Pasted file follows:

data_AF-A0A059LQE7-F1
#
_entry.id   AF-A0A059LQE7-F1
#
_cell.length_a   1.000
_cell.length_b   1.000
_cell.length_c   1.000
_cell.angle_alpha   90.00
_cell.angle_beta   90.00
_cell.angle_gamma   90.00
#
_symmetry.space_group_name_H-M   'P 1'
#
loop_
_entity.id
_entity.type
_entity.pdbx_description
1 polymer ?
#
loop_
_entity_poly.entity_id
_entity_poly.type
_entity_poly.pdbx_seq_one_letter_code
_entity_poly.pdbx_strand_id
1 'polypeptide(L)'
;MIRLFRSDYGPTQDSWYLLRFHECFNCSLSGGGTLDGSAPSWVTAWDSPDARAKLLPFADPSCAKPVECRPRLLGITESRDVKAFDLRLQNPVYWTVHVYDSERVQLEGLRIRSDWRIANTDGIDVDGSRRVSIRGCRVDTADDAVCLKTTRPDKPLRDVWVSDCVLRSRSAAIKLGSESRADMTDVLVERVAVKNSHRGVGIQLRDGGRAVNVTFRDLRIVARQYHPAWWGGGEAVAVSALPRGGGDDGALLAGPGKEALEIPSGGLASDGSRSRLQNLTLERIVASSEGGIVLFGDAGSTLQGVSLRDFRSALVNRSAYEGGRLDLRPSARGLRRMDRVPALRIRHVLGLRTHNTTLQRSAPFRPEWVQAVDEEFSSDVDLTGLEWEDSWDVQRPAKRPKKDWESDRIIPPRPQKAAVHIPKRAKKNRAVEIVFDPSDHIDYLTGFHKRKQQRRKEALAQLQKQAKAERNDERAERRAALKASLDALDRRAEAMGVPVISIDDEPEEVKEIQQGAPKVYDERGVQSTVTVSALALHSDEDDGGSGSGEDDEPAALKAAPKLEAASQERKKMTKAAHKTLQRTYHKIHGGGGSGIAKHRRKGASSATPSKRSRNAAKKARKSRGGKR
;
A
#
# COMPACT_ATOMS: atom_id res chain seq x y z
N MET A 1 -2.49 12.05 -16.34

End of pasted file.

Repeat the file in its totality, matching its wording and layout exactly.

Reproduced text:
data_AF-A0A059LQE7-F1
#
_entry.id   AF-A0A059LQE7-F1
#
_cell.length_a   1.000
_cell.length_b   1.000
_cell.length_c   1.000
_cell.angle_alpha   90.00
_cell.angle_beta   90.00
_cell.angle_gamma   90.00
#
_symmetry.space_group_name_H-M   'P 1'
#
loop_
_entity.id
_entity.type
_entity.pdbx_description
1 polymer ?
#
loop_
_entity_poly.entity_id
_entity_poly.type
_entity_poly.pdbx_seq_one_letter_code
_entity_poly.pdbx_strand_id
1 'polypeptide(L)'
;MIRLFRSDYGPTQDSWYLLRFHECFNCSLSGGGTLDGSAPSWVTAWDSPDARAKLLPFADPSCAKPVECRPRLLGITESRDVKAFDLRLQNPVYWTVHVYDSERVQLEGLRIRSDWRIANTDGIDVDGSRRVSIRGCRVDTADDAVCLKTTRPDKPLRDVWVSDCVLRSRSAAIKLGSESRADMTDVLVERVAVKNSHRGVGIQLRDGGRAVNVTFRDLRIVARQYHPAWWGGGEAVAVSALPRGGGDDGALLAGPGKEALEIPSGGLASDGSRSRLQNLTLERIVASSEGGIVLFGDAGSTLQGVSLRDFRSALVNRSAYEGGRLDLRPSARGLRRMDRVPALRIRHVLGLRTHNTTLQRSAPFRPEWVQAVDEEFSSDVDLTGLEWEDSWDVQRPAKRPKKDWESDRIIPPRPQKAAVHIPKRAKKNRAVEIVFDPSDHIDYLTGFHKRKQQRRKEALAQLQKQAKAERNDERAERRAALKASLDALDRRAEAMGVPVISIDDEPEEVKEIQQGAPKVYDERGVQSTVTVSALALHSDEDDGGSGSGEDDEPAALKAAPKLEAASQERKKMTKAAHKTLQRTYHKIHGGGGSGIAKHRRKGASSATPSKRSRNAAKKARKSRGGKR
;
A
#
# COMPACT_ATOMS: atom_id res chain seq x y z
N MET A 1 -2.49 12.05 -16.34